I'm James Maxey, the author of numerous novels of fantasy and science fiction. I use this site to discuss a wide range of topics, with a heavy emphasis on cranky, uninformed rants about politics and religion and other topics that polite people attempt to avoid. For anyone just wanting to read about my books, I maintain a second blog, The Prophet and the Dragon, where I keep the focus solely on my fiction. I also have a webpage where both blogs stream, with more information about all my books, at jamesmaxey.net.


Friday, September 30, 2005

Total collapse

Finished this week with 15 hours overtime, assuming I don't go in to work more this weekend. Totally exhausted, though I had a nice caffiene-like jolt when I got my paycheck from the last two week period. I had 15 hours overtime on that check--this week I've matched that, and still have a week to go. It helped that I finally got a raise after a year and a half since my last performance review. Way back then the company was going through belt tightening and there were salary caps set at ridiculously low levels that I had long since passed. I was shocked to get any raise at all back then--and insulted that the raise was a dime. Seriously. Ten freakin' cents. Why bother? My raise this time is nothing to brag about, but it did manage to squeak above the level of insulting. It more than makes up for the fact that driving to work costs twice as much as it did a year ago.

All week long I've had serious insomnia. I thought I'd be collapsed long before now. I've been sitting around playing Spider Solitaire and singing in an off-key country twant to They Might Be Giant's "Cyclops Rock." "You turn around and break my heart" is part of the lyrics, and that's just about as country as you can make a lyric, in my opinion. I feel drunk. In conversation at dinner, I felt like I was in pure babble mode. I'm probably babbling now.

Man, I need to sleep.

Wednesday, September 28, 2005


Man, I got home today totally wiped out. I left work at 1:30 am--after clocking in at 10am. 15 1/2 hours of my life I'll never get back. It's Tuesday, and I've already worked 24 hour this week, with another 27 scheduled. I drove home completely brain dead--and found the December issue of Asimov's in my mailbox, containing my short story "To the East a Bright Star." Sweet! Now I can quit my day job!

Oh, wait a minute. I've already spent that money. Ah, well.

Curiously, during the summer, when work was kind of slow, I was writing very little. Now that September has hit and half the staff quit, forcing me into long, stressful hours, I'm writing pretty steadily. Unfortunately, I'm not writing science fiction. Having made two sales to Asimov's I'm really wanting to send them more SF, but all my story ideas lately have been mainstream and horror. The piece I currently have submitted is only tangentally SF, and probably more deserving of the label "fantasy" since it has the angel Gabriel as one of the characters. I wish now I hadn't sold som many SF stories to Phobos for their anthologies. I've published some pretty good stories in books that barely sold a thousand copies.

Okay, 2:30. I'm tuckered, even with the Asimov's jolt. Best go to bed.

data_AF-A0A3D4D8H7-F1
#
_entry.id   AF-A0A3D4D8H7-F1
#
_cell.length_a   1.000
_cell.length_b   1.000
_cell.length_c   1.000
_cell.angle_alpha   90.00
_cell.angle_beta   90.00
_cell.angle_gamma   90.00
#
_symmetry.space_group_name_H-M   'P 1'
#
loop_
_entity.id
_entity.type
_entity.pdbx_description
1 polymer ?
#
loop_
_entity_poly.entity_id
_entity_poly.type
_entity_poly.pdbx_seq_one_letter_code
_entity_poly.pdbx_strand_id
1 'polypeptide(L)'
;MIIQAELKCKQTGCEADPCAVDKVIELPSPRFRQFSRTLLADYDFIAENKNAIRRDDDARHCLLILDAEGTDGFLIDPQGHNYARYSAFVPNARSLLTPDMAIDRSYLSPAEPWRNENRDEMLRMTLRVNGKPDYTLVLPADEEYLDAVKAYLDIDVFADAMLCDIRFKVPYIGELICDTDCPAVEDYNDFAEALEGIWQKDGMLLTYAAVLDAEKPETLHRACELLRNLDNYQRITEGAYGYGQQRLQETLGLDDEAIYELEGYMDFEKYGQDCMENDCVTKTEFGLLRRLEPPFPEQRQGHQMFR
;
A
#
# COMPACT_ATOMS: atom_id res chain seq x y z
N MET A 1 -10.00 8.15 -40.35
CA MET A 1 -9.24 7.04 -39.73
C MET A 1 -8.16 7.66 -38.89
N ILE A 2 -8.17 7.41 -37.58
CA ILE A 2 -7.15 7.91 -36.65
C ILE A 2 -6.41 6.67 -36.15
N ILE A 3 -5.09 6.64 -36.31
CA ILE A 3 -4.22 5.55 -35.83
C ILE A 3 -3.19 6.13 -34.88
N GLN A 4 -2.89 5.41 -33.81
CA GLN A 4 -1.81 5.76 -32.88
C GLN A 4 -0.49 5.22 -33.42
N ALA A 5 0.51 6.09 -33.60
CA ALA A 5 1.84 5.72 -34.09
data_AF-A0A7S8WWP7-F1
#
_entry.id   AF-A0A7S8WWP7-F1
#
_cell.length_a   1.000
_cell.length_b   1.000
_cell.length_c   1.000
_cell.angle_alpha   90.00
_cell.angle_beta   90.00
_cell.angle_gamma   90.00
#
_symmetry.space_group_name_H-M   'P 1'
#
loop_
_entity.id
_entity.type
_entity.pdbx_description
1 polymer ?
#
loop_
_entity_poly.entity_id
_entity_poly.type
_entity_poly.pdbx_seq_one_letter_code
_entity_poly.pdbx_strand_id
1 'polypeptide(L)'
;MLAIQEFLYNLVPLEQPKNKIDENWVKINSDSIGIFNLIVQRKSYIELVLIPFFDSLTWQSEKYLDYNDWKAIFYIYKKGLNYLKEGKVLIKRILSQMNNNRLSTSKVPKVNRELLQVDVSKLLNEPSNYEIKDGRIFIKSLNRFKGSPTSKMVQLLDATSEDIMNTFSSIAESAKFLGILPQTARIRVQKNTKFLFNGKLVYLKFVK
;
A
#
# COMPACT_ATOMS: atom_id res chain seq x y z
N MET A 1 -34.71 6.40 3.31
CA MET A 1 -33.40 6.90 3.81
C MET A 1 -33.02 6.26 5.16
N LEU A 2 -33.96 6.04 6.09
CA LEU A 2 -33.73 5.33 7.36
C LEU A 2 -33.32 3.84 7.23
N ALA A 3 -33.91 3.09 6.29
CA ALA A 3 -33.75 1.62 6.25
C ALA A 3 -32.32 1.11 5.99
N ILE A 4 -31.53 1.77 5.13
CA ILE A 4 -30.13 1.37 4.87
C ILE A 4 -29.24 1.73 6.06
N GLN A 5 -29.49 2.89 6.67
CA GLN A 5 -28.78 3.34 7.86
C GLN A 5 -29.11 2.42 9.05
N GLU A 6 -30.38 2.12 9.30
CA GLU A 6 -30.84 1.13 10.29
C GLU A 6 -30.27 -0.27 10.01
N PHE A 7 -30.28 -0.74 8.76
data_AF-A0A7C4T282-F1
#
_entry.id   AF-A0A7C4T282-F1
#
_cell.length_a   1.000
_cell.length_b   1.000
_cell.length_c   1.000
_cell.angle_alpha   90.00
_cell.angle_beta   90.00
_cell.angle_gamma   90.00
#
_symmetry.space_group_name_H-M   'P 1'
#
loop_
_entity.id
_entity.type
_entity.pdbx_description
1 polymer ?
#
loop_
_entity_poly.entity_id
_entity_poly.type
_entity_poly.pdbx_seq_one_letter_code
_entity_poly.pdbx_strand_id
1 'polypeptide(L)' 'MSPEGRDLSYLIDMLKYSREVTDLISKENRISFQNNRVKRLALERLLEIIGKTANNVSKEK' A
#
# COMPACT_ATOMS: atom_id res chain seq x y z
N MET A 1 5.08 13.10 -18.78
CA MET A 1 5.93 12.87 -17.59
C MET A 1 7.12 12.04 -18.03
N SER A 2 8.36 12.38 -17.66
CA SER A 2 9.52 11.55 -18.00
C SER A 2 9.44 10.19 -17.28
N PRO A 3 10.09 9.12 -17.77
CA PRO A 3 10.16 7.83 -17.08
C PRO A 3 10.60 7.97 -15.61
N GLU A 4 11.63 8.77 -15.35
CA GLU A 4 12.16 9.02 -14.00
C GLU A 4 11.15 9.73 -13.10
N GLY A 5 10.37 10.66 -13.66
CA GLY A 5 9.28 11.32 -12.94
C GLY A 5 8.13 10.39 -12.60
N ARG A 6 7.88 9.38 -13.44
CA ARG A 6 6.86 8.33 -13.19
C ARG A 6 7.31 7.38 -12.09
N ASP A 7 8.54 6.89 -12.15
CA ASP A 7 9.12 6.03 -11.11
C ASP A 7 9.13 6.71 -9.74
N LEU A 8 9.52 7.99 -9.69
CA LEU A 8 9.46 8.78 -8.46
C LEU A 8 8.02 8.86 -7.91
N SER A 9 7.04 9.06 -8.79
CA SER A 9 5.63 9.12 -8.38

Tuesday, September 27, 2005

Libertarians in 08! Rah, rah!

Speaking of doomed love, the Libertarian party in NC has been decertified. My registration has been switched by the state from LIB to IND. I wish I could work up more of a sense of outrage about this. A lot of libertarians I talk to are truly convinced that if people would only hear their ideas, they would win elections. The ultimate Libertarian campaign slogan would be "OUT." As in "Out of Iraq, out of our bedrooms, out of our wallets." To me, this is a very atractive proposition.

Out of Iraq (and Germany, and Korea, and Japan, etc.). We shouldn't be using our army for anything but defense of our own borders. The case was never made to me that Saddam Hussien was a real threat to America, and to the level that he was a threat, there are a half dozen other countries more deserving of our attention as breeding grounds for terrorism, places like Saudi Arabia and Pakistan, our supposed allies. Not that I'm advocating invading any of these places.

Out of our bedrooms: The level of hostility some people feel toward sex is astonishing. I would say that a firm majority of people would strongly agree with the statement, "Sexual activity should only take place in the context of a monogomous marriage." And I would say that a large majority of people who strongly agree with that statement had premarital sex or had affairs. I'm not opposed to people holding this point of view, by the way. To each his own. But the government shouldn't be involved in regulating consensual sexual activity.

Out of our wallets: The first two outs get a lot of liberals excited. But the last out pisses them off. The income tax needs to be abolished. The notion that if I work a 10 hour day, 3 of those hours are mandated at gunpoint to be worked for the financial benefit of others is outrageous. We wouldn't need an income tax if we didn't feel compelled to station troops all over the world, and to fund massive entitlement programs like Social Security and Medicare. The real work we need government for, crime fighting and road building, is a tiny portion of our national spending, less than a tenth. We could fund it with a lottery and bake sales.